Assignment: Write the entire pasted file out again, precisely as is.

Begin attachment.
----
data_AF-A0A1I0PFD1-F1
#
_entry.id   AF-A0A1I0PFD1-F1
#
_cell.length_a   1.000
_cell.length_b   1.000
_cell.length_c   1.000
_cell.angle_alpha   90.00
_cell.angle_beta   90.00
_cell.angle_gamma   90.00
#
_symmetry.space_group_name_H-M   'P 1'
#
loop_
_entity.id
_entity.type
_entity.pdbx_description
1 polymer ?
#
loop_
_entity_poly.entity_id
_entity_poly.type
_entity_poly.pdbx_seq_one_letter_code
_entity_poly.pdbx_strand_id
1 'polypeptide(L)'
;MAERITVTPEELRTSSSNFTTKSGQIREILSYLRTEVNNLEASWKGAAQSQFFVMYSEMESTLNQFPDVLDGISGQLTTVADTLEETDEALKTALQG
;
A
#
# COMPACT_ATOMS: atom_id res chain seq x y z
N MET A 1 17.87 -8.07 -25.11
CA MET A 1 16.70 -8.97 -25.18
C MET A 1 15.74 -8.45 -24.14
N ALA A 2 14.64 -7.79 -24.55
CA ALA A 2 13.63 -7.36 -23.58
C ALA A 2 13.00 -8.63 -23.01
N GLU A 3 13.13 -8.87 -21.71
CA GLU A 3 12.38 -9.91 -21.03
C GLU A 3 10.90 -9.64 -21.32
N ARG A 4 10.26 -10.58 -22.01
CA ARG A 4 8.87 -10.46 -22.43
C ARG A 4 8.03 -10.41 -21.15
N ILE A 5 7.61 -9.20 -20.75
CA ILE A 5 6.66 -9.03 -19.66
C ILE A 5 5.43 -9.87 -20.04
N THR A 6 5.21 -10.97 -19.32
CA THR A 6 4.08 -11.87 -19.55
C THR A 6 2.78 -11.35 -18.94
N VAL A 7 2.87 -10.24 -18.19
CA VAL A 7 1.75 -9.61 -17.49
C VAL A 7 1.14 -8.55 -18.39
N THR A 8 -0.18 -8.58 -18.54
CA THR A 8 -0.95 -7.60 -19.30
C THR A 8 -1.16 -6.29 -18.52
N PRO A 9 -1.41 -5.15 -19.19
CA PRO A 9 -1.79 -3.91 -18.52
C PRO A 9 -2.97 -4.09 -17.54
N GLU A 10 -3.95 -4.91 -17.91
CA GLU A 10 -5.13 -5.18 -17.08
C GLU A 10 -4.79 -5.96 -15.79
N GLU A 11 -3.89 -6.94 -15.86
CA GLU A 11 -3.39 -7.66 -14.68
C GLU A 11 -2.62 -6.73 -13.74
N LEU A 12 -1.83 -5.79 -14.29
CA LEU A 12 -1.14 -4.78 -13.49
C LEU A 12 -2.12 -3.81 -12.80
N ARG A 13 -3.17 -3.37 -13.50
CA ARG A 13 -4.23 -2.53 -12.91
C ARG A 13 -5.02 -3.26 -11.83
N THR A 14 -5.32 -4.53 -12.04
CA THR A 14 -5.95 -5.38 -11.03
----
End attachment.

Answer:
data_AF-A0A1I0PFD1-F1
#
_entry.id   AF-A0A1I0PFD1-F1
#
_cell.length_a   1.000
_cell.length_b   1.000
_cell.length_c   1.000
_cell.angle_alpha   90.00
_cell.angle_beta   90.00
_cell.angle_gamma   90.00
#
_symmetry.space_group_name_H-M   'P 1'
#
loop_
_entity.id
_entity.type
_entity.pdbx_description
1 polymer ?
#
loop_
_entity_poly.entity_id
_entity_poly.type
_entity_poly.pdbx_seq_one_letter_code
_entity_poly.pdbx_strand_id
1 'polypeptide(L)'
;MAERITVTPEELRTSSSNFTTKSGQIREILSYLRTEVNNLEASWKGAAQSQFFVMYSEMESTLNQFPDVLDGISGQLTTVADTLEETDEALKTALQG
;
A
#
# COMPACT_ATOMS: atom_id res chain seq x y z
N MET A 1 17.87 -8.07 -25.11
CA MET A 1 16.70 -8.97 -25.18
C MET A 1 15.74 -8.45 -24.14
N ALA A 2 14.64 -7.79 -24.55
CA ALA A 2 13.63 -7.36 -23.58
C ALA A 2 13.00 -8.63 -23.01
N GLU A 3 13.13 -8.87 -21.71
CA GLU A 3 12.38 -9.91 -21.03
C GLU A 3 10.90 -9.64 -21.32
N ARG A 4 10.26 -10.58 -22.01
CA ARG A 4 8.87 -10.46 -22.43
C ARG A 4 8.03 -10.41 -21.15
N ILE A 5 7.61 -9.20 -20.75
CA ILE A 5 6.66 -9.03 -19.66
C ILE A 5 5.43 -9.87 -20.04
N THR A 6 5.21 -10.97 -19.32
CA THR A 6 4.08 -11.87 -19.55
C THR A 6 2.78 -11.35 -18.94
N VAL A 7 2.87 -10.24 -18.19
CA VAL A 7 1.75 -9.61 -17.49
C VAL A 7 1.14 -8.55 -18.39
N THR A 8 -0.18 -8.58 -18.54
CA THR A 8 -0.95 -7.60 -19.30
C THR A 8 -1.16 -6.29 -18.52
N PRO A 9 -1.41 -5.15 -19.19
CA PRO A 9 -1.79 -3.91 -18.52
C PRO A 9 -2.97 -4.09 -17.54
N GLU A 10 -3.95 -4.91 -17.91
CA GLU A 10 -5.13 -5.18 -17.08
C GLU A 10 -4.79 -5.96 -15.79
N GLU A 11 -3.89 -6.94 -15.86
CA GLU A 11 -3.39 -7.66 -14.68
C GLU A 11 -2.62 -6.73 -13.74
N LEU A 12 -1.83 -5.79 -14.29
CA LEU A 12 -1.14 -4.78 -13.49
C LEU A 12 -2.12 -3.81 -12.80
N ARG A 13 -3.17 -3.37 -13.50
CA ARG A 13 -4.23 -2.53 -12.91
C ARG A 13 -5.02 -3.26 -11.83
N THR A 14 -5.32 -4.53 -12.04
CA THR A 14 -5.95 -5.38 -11.03